First, it seems we have a tradition on our hands. I think a jumping photo is the perfect way to capture our enthusiasm, while continuing to tour through Boston – and last week, Cambridge. The DTP interns had the opportunity to visit the Longfellow House – Washington Headquarters National Historical Site. “Longfellow House – Washington’s Headquarters National Historic Site preserves the home of Henry W. Longfellow, one of the world’s foremost 19th century poets. The house also served as headquarters for General George Washington during the Siege of Boston, July 1775 – April 1776” (NPS).
Longfellow’s Study – Painting of Henry Wadsworth Longfellow, painted by his son Ernest, with accompanying paintings and busts of fellow friends and poets – over the shelves Henry David Thoreau
The house – interior and exterior – are beautiful. Our tour was guided by NPS Ranger Rob Velella and his passion for literature and poetry complimented the educational and historical nature of the site. After explaining a room’s purpose and significance, Rob, with some encouragement and begging from Ashley and myself, would recite a few bars of Longfellow’s poetry. The list of great American and British writers and poets who visited this house is amazing – Thoreau, Dickens, Stowe… to name a few. After the tour, we had the opportunity to visit the archives. Climate controlled and well organized, the archives house great American treasures – from early American textiles, to historic signatures, to the never before published (but printed and bound) poems of Henry Wadsworth Longfellow and many, many more historical items. The curators explained they have been going through a digital cataloging effort in hopes to make their historical archives more accessible worldwide.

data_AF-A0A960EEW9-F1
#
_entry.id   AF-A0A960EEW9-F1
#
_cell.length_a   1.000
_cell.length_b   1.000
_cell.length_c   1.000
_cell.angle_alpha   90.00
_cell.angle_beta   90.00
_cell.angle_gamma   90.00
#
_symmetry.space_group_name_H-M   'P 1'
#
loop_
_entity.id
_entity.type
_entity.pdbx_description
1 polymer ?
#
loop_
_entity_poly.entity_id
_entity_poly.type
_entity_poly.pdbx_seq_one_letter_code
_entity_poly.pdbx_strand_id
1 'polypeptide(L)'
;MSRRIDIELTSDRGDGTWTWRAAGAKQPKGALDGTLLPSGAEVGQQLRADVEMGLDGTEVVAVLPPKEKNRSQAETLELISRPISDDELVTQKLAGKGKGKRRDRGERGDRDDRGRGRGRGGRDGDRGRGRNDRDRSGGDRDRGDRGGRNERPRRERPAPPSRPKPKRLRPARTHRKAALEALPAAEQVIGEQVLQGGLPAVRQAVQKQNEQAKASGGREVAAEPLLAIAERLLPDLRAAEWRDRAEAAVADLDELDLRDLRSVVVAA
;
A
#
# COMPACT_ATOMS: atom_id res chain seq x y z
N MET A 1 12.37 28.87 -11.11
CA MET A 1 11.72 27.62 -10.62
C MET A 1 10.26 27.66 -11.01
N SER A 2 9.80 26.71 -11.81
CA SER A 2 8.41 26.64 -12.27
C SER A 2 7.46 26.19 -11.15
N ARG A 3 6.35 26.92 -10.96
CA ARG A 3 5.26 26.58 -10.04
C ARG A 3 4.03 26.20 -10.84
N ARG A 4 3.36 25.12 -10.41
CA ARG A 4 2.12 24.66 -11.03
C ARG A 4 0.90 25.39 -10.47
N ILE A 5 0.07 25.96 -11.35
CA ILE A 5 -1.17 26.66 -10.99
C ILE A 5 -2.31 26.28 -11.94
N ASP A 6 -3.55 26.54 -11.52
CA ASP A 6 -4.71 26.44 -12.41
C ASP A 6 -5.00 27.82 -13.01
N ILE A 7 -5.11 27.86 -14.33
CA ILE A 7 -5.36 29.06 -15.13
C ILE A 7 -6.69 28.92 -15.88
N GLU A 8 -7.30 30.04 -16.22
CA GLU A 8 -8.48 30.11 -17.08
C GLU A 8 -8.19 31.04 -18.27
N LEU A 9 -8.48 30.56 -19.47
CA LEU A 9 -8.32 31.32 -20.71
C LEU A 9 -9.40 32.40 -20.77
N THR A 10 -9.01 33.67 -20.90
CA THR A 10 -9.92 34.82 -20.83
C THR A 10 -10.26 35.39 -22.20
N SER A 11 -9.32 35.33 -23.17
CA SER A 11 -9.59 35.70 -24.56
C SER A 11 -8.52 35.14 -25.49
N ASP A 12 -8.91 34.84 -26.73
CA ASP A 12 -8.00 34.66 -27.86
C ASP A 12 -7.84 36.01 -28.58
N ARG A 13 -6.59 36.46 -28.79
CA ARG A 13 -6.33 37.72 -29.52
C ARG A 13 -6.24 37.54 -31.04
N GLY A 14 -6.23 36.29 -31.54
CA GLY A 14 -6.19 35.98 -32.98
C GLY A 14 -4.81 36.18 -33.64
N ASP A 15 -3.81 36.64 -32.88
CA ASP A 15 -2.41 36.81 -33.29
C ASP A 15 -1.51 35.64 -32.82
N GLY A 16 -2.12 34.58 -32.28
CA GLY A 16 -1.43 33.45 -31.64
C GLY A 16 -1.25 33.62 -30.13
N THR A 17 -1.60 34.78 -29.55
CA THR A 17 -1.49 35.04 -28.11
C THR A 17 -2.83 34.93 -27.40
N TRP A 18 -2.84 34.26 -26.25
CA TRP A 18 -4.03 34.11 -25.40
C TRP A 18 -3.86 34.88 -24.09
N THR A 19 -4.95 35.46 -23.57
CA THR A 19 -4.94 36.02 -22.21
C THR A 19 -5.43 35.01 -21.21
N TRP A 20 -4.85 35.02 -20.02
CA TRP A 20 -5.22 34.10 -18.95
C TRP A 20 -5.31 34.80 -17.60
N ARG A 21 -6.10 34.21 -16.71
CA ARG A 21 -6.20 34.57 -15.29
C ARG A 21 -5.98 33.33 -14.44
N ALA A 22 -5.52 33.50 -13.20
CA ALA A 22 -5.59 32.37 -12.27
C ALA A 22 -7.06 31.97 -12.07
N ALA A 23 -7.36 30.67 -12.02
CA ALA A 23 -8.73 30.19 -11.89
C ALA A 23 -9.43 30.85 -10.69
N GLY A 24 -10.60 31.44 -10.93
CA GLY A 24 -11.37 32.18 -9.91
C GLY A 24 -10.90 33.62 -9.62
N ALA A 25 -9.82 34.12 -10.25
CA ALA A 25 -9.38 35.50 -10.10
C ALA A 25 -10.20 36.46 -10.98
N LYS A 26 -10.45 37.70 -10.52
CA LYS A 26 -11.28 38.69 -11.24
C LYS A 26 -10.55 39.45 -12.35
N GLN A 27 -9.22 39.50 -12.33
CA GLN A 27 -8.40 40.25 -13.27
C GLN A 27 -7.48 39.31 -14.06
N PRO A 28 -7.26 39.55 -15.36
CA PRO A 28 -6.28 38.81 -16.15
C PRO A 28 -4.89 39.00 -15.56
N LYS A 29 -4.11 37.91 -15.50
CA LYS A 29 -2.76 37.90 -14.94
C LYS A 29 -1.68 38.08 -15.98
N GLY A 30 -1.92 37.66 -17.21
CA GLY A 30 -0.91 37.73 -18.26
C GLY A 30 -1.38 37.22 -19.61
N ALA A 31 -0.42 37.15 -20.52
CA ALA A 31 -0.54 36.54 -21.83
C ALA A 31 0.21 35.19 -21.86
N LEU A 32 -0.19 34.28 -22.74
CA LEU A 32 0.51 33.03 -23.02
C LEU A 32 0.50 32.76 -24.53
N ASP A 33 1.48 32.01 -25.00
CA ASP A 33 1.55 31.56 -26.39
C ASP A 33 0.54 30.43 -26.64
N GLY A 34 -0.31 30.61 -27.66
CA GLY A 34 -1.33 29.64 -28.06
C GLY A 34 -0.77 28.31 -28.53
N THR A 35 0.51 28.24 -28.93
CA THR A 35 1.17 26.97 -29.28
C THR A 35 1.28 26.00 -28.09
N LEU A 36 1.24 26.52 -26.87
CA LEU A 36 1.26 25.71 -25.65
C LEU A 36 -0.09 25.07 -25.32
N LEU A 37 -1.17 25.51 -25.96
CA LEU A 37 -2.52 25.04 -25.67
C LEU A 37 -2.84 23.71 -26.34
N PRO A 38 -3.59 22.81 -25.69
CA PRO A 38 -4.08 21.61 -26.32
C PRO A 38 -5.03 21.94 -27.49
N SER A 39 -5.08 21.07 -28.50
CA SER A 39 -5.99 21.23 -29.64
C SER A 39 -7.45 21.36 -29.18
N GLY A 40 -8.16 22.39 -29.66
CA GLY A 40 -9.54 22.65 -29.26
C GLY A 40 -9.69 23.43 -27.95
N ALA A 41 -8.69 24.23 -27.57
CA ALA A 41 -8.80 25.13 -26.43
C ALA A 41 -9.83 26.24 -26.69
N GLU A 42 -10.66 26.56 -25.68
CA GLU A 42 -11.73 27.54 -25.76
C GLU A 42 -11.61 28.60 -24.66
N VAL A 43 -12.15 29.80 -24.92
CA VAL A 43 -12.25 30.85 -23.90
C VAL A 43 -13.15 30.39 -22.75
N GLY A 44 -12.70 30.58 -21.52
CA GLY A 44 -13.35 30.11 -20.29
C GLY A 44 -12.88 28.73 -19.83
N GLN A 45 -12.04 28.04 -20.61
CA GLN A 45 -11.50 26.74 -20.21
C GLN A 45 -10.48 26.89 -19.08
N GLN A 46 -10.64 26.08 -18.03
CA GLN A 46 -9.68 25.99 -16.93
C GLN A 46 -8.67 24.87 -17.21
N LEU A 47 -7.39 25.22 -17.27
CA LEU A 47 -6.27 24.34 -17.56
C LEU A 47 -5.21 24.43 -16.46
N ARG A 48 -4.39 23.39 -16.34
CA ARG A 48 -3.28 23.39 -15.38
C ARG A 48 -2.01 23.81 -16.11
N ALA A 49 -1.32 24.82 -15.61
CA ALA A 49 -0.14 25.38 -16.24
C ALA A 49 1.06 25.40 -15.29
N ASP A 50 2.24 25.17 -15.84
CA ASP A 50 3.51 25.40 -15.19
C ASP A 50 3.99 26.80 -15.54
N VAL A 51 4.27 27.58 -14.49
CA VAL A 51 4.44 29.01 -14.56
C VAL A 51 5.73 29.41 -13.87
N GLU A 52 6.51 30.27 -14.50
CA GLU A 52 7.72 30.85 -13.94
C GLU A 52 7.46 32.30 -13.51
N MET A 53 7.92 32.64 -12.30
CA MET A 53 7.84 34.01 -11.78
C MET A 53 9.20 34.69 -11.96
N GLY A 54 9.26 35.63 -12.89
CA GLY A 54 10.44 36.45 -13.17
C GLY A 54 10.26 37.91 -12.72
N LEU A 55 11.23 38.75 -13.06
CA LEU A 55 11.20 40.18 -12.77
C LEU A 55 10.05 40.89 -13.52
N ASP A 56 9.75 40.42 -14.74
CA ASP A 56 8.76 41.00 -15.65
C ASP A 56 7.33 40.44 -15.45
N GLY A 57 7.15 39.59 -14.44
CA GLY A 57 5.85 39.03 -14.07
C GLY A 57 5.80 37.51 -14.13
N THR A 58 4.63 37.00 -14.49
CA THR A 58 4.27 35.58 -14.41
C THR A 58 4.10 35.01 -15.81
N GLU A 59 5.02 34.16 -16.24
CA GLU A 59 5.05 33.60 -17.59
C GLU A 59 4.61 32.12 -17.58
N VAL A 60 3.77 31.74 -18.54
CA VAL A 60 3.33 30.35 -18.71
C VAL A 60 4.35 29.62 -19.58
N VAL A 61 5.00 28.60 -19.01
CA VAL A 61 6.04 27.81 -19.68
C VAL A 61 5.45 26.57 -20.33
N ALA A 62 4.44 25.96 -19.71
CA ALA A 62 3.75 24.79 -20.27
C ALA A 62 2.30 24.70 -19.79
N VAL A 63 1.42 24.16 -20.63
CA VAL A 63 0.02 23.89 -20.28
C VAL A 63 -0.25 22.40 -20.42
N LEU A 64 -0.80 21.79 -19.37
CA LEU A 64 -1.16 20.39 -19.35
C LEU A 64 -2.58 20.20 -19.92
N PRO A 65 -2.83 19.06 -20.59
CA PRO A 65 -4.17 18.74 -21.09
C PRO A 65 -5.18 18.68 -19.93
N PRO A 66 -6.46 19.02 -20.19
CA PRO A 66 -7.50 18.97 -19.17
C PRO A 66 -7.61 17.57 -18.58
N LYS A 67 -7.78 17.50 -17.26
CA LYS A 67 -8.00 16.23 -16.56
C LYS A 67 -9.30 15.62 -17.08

Post lunch, we toured the gardens with Mona. She spoke of the garden’s horticultural significance and design. Alice, Longfellow’s eldest daughter, maintained the house in her later years and would admire the garden from the second floor veranda, seen in the above image. The style of the garden is Colonial Revival, characterized by a highly symmetrical overall design with vertical anchor points from taller shrubs and evergreens down to the trimmed line of boxwoods – creating a sharp line in the landscape and a central focal point. The horticultural selection was also specific to the senses – with many of the plants either producing beautiful colors, scents, or fruits.
The rest of the week I was in the office working on the edits to the vegetation matrix – which had been created prior to the site visit but needed some serious updating since 1994. I am going through all the field work, from the site visit two weeks ago in Appomattox, organizing the data and creating an existing conditions map in AutoCAD. This week I will continue working on the existing conditions working document and now can use my edited and updated vegetation matrix – now with some 400+ entries – to guide me in the location and size of the plants within the historic town core.
Until next time,